23. Could this be a faint sign of hope? or is this political wrangling between Narok County and the national government? "Tuesday, August 6, 2013 - 00:00 -- BY KIPLANG'AT KIRUI THE Narok County government has revoked over 20 licenses which had been granted for the establishment of lodges in the Maasai Mara Game Reserve. Governor Samuel Tunai accused National Environmental Management Authority for granting the licenses even though the applicants did not meet the necessary environmental conservation. Speaking in Maasai Mara yesterday,Tunai said the county will make conservation policies and enforce them because Nema has failed in its mandate. “As a county we are drafting policies and amending the existing ones under the Maasai Mara Management Plan. Once this is complete, it will be tabled in the county assembly for debate,” said Tunai. He said he has stopped three firms from putting up a 300-bed lodge within the reserve and that the county board has instructed its lawyers to review all leases to ensure those granted without following due procedure are nullified. In response, Nema’s director general Prof Geoffrey Wahungu absolved the authority from blame saying over 30 percent of the licenses were fake and had not been issued by the authority. “We issued stop orders three months ago and in the past two months we have told all lodge operators to bring their licenses for inspections. The affected lodges have not surrendered their licenses because they know we did not issue them,” said Wahungu. The Nema boss called for a joint cooperation between his authority and the county government so that unscrupulous investors are brought to book. The governor said a contractor to tarmac the road up to Sekenani Gate will be on site before the end of the year, “We are also in the process of streamlining our revenue collection to make it efficient and user-friendly,” he said. He revealed they will equip warders with modern weapons to help in the fight against poaching. The director said uncontrolled human activities in the Mau region pose a great danger to the Mara ecosystem. He said such activities are responsible for reduced water levels and pasture for wildlife and livestock. - See more at:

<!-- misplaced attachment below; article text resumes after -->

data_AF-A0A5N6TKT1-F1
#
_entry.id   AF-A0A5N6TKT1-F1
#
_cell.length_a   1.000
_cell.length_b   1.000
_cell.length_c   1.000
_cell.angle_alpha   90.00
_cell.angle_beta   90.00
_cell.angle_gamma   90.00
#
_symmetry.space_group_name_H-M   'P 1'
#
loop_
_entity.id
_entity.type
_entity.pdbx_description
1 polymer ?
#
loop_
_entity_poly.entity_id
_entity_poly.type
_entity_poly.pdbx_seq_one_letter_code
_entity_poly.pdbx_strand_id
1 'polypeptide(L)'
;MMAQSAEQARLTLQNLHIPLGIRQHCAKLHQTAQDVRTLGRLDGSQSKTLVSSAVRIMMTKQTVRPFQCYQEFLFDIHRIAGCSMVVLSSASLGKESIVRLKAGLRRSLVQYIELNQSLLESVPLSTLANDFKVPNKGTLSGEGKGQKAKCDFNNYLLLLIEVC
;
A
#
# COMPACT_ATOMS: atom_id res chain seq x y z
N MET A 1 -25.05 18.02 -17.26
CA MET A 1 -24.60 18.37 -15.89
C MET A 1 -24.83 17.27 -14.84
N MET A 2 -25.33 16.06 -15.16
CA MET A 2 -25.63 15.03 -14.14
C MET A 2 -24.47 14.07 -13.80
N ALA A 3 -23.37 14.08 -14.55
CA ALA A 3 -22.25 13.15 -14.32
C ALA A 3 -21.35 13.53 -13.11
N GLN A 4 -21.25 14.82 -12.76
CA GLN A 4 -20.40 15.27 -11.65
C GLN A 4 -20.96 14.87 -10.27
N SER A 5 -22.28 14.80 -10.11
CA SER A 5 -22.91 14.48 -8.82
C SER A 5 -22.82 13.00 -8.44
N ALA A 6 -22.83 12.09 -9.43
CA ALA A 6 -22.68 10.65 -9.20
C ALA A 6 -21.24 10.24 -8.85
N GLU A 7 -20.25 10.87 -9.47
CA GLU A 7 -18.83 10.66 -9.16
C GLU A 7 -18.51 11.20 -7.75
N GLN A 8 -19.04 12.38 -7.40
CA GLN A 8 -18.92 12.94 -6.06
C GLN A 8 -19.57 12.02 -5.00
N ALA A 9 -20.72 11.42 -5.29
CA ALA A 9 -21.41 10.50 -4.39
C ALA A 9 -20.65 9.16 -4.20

24. My addiction to Tanzania has now become severe enough that the thought of not going at least once a year is no longer an option. So, I had a short period of time available in September and used it to go to the Mara region of the Serengeti. Five days in the Mara. Then an overnight in Karatu and back home. For many people probably not worth the cost of the flights, but as I said, this is an addiction and we all know how those can take control. It is just me this time as my significant other is off in Canada with “the boys” doing manly stuff… fishing, or canoeing, or drinking and doing nothing. Who knows. Our addictions are a bit different. I did the usual, air miles flight on American from my Midwest town to Chicago. $5. There are two flights, one early morning and one about noon. I always take the early one because you never know when one of these commuter flights gets cancelled. Then, because the ticket is completely separate from the KLM ticket, you are really hosed. So I had a lot of time in Chicago and there was a well spent $30 for a day pass to the Delta lounge (awesome place) to await my KLM flight. In our 5 previous trips to Tanzania this has always gone off without a hitch. So I guess I was about due. It starts with a text that states the 4 pm flight to Amsterdam is now scheduled to leave at 6:15 pm. Hmh. Will it really leave then? So I inquire about getting on a flight to Minneapolis and then onward. I am told no, you will still have 90 minutes in Amsterdam so no problem. Do they really believe these things they tell you? They add that if I miss it, then they will get me on another flight even if it is a different airlines. Uhhh, clearly they don’t know how flights to Kilimanjaro go. Oh well. Nothing to do but wait in this awesome lounge. Eat more stuff even though I can’t possibly be hungry. Drink more wine. It’s 5 pm somewhere. Well, at about 3 pm I wander over to the international terminal. Here’s where I make a critical mistake. I have everything packed in carry on. I have already checked in on line but haven’t printed the boarding passes. When I go to print them I get directed to the desk. (Never good). They print them no problem then ask how many bags to check. I say none. I have a day pack and a roller bag that fits in the overhead. They say no problem but we want to weigh them. Uh oh. 4 kgs too much. Drats!!! So I check the one without all the camera stuff and the I-pad without giving much thought to what I would wear if it doesn’t show up. This occurs to me after my bag has disappeared. Oh well. It will be fine. Right? So I wait. And wait. And wait. It’s about 5 pm. Plane is at the gate. Then it’s 6 pm. Still waiting. 6:15 we start to board. We land in Amsterdam and I have 40 minutes. I go directly to the gate and through all the gate security and I’m among the last 3 people to board. Plane is completely full. Arrive in Kili, fill out a form that asks me if I have been sick and I hand this to a person who just puts it in a pile. Visa line, then out to luggage. No luggage. So off I go to the luggage guy who is very pleasant and pulls up a form with my name already on it and says your luggage is in Amsterdam. No surprise here. “Where are you going?” I tell him we are driving the next day to the northern Serengeti. He says my luggage will be in tomorrow night, then the next morning they will fly it to Kogatende. Okay. I have extra underwear in the backpack and a pair of pants. The longish skirt that I always wear to fly because it is so comfortable seems a little unsuitable for safari. The flip flops I am wearing will have to do. I am met by George Mbwambo, the same freelance guide we always use. He asks where my suitcase is? I give him the short version and the number he is supposed to call tomorrow night to check if it arrived. Off we go to the Outpost Lodge. Before George leaves I ask him if he can bring an extra fleece tomorrow and some deodorant. (Good job this is not my first trip with George.) I get the standard George response of “no problem”. The Outpost Lodge is economical and perfectly suitable for one night of sleep with one exception…..the 2 am arrivals from Turkish airlines flights arriving next door with roller bags going thump, thump, thump. We leave at 6 am the next morning. George arrives, hands me a travel mug of coffee just as I like it and off we go for the long drive to the Mara region. We have traveled with George so much now that it’s very comfortable and I don’t feel odd being the solo traveler. We catch up on his family and mine, world politics (not really) and just listen to music and enjoy the ride. He has my standard favorite travel food – dates and cashews. I contribute Jolly Ranchers and the beef jerky he has requested. It was an unremarkable trip. No traffic/police stops. The usual sights on the way to the Serengeti that we have seen so often now but I still enjoy them. A bit of a struggle at the Serengeti gate with the card George is using but a couple of calls to various banks and it gets settled. I think George might have had a mild bit of panic setting in but everything was taken care of, as always. We drive across the central Serengeti, then exit at the Ikoma gate and drive north through several small villages and then enter back into the park in the northwest. Shortly after we enter there is this lovely siting of elephants and just a bit further the suggestion of the rain that is to come. George thinks we need to speed it up a bit, as there is a low crossing on our way to the camp that can flood and be impossible to cross. As we continue it starts to pour with rain and there is standing water everywhere. I have never been this wet in the Serengeti, even when we’ve been here in April and May. George had just returned from the Mara region and said it rained many of the days the past week. It keeps pouring and as we drive past the Kogatende airstrip we notice it is COMPLETELY submerged. Uh oh. We make it across the area George was concerned about and to Wild Frontier’s Serengeti Wilderness North camp. A sign of things to come I get the usual camp welcome and orientation and then head for the tent, slogging through a couple of inches of water and slipping a bit in the mud. The tent is basic but very clean and the shower bag is quickly filled with very hot water. So I shower, then head down for some wine in the lounge tent and chat with George a bit before dinner. The rain has slowed to almost nothing now. The guides eat with their clients here and it is a pleasant evening, although my flip flops and feet are still a big soggy. George makes a call to the airport and they say my luggage is there and they will send it out the following morning. Excellent! The Mara River is very close to the camp and wildebeest are happily munching outside of my tent through part of the night. The bed is very comfy and it is cold enough I need the thick blanket so it makes for a very nice sleep. George and I meet up at 6 the next morning. I have some coffee and George picks up the breakfast and lunch boxes for the day. It is just turning light, and we have barely driven out of camp and George stops the car, saying he thinks he saw something move amongst several large boulders. We stare at it a while and then George says there is a leopard. And after several minutes I finally see it as well. It is a ways away (photo taken at the limit of the 200- 600 mm lens). We watch for a while and eventually another couple of cars stop and ask what we see. One has 3 boisterous women, one of whom exclaims praise god and George laughs. Their guide gives George a look of relief, as they are leaving this morning and had yet to see a leopard. We stay and watch the leopard, along with some spur fowl scratching in the mud alongside the car, until the leopard disappears between the rocks. This turns out to be a particularly good morning, as not more than 15 minutes later we happen upon a newly born impala right by the road, that is attempting to stand. Before we drive on, George makes a call about my luggage then hangs up and says “bad news”. The Kogatende air strip is closed. I said, “well, good job you brought me that deodorant then, isn’t it”. And we’re off……. George wants to know if we need to hang out by the river and hope for a wildebeest crossing or venture out elsewhere. I’ve seen crossings at the Mara before, although from the Kenya side, so it’s not the priority for me. If we see one, great, if not that’s okay. Since we don’t have to be back to the airstrip, we decide to drive some distance away from the river. As we drive back at the end of the first day we notice that there is some major earth moving going on at the airstrip. They are apparently trying to regrade it so it doesn’t always flood. Good plan because it continues to bust out with rain every evening for the next 4 nights. I was a little concerned that I would never see some clean clothes but the airstrip was back open the next day and we picked up my luggage that morning. Kogatende air strip after grading Guides waiting for clients and George waiting for my luggage Well, I am going to post this, and finish up later before I lose the whole thing for the 3rd time today!!